And Then the Bottom Dropped Out…

This post is a continuation of my previous post, where I give my account of my suicide attempt and when the police were called as a result.  This is what happened over the next 12 hours.

I don’t remember much about the drive, other than the fact that you feel every turn and every bump much more significantly when your hands are restrained behind your back. People tell you how uncomfortable handcuffs are and they’re not lying. But it’s one of those things that you never truly understand until you are forced to wear them.

I didn’t realize that in situations like this, they take you around to a back door near the psychiatric wing. They try to keep your visibility at a minimum, which I appreciated.

When I got inside, I had to sit on a chair by the nurse’s station and had to answer all of the basic questions, like my name and birthdate and if I had any allergies. For a moment, it felt like just any other visit to a doctor or hospital, despite the fact that it was so vastly different.

Once I was checked in, one of the officers removed the handcuffs and told me to take care of myself. The nurse took me to my room and laid out a gown. Instead of leaving the room while I undressed, she stayed. She had to inspect my body and put my clothes in a bag in the cabinet. I can’t remember if I was even allowed to keep my underwear on, but I know that my oh-so-important bra had to go. Too many ways that I could have injured myself with it. She asked if I wanted hospital socks, and if I promised not to try to strangle myself with them. I gave her a look that said “Are you fucking kidding me?” and she said “You’d be surprised. Where there’s a will, there’s a way.” I guess I was naive in the suicide department. I said yes, I would like socks. I was cold, after all. I’m always cold.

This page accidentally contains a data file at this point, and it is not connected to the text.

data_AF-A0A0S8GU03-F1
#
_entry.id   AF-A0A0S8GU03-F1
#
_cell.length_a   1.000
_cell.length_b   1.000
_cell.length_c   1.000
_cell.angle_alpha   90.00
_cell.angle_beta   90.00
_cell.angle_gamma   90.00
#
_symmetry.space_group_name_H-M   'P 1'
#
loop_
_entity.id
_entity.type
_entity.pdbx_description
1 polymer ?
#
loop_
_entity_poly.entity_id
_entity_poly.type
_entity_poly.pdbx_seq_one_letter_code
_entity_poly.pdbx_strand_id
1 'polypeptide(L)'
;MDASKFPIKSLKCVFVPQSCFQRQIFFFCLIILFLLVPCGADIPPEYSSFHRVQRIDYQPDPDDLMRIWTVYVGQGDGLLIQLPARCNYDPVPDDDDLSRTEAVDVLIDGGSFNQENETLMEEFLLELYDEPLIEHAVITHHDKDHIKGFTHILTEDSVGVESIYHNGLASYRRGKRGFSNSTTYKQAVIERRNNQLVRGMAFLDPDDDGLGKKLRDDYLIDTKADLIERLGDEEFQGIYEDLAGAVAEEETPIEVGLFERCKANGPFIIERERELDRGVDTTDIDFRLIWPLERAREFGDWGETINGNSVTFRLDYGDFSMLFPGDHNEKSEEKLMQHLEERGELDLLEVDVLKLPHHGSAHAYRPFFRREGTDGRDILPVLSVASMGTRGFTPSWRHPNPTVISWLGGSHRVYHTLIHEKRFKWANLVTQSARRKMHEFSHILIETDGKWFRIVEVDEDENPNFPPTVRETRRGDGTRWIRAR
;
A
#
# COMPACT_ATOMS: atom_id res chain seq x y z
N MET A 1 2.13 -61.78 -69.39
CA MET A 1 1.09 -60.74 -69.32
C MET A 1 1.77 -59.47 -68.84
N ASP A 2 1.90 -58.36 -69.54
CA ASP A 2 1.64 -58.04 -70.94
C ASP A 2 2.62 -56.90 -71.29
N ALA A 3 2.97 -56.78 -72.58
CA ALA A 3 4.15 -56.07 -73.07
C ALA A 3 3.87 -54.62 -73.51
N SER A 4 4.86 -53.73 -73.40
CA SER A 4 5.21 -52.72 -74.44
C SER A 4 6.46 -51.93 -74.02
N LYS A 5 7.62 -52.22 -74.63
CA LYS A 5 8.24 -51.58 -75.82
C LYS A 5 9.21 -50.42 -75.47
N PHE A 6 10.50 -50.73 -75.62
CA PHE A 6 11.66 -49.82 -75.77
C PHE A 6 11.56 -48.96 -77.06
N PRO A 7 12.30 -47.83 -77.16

The nurse took my vitals, and asked a bunch of other questions, like what medications I was currently taking. They made sure that they confirmed what I had swallowed and then proceeded to get me my other already prescribed medications. I guess it was obvious that I needed them. They also gave me something to relax. Again, so much of this was a blur, so I don’t know what exactly it was.

The room that I was in had a glass wall on the side where the nurse’s station was. There was an officer assigned to sit outside of my room, I’m assuming to make sure that I didn’t try to hurt myself or make a run for it. I didn’t intend to do either. I just wanted to lay in the bed and cry. I got my wish, at least for a while. The nurse checked on me periodically, but for the most part, I was left alone.

I tried to sleep a little, because it was past midnight at that point. I was emotionally exhausted, but sleep was still a struggle, even with the sedative that they gave me. I’d nod off for a few, only to wake up in confusion about where I was. I kept asking myself “How did this happen? What sort of person does this?” Until that night, this experience seemed so foreign. So far off from the plane of reality that I never imagined that it would happen to me. And yet it did. Apparently I was the sort of person that does something like this.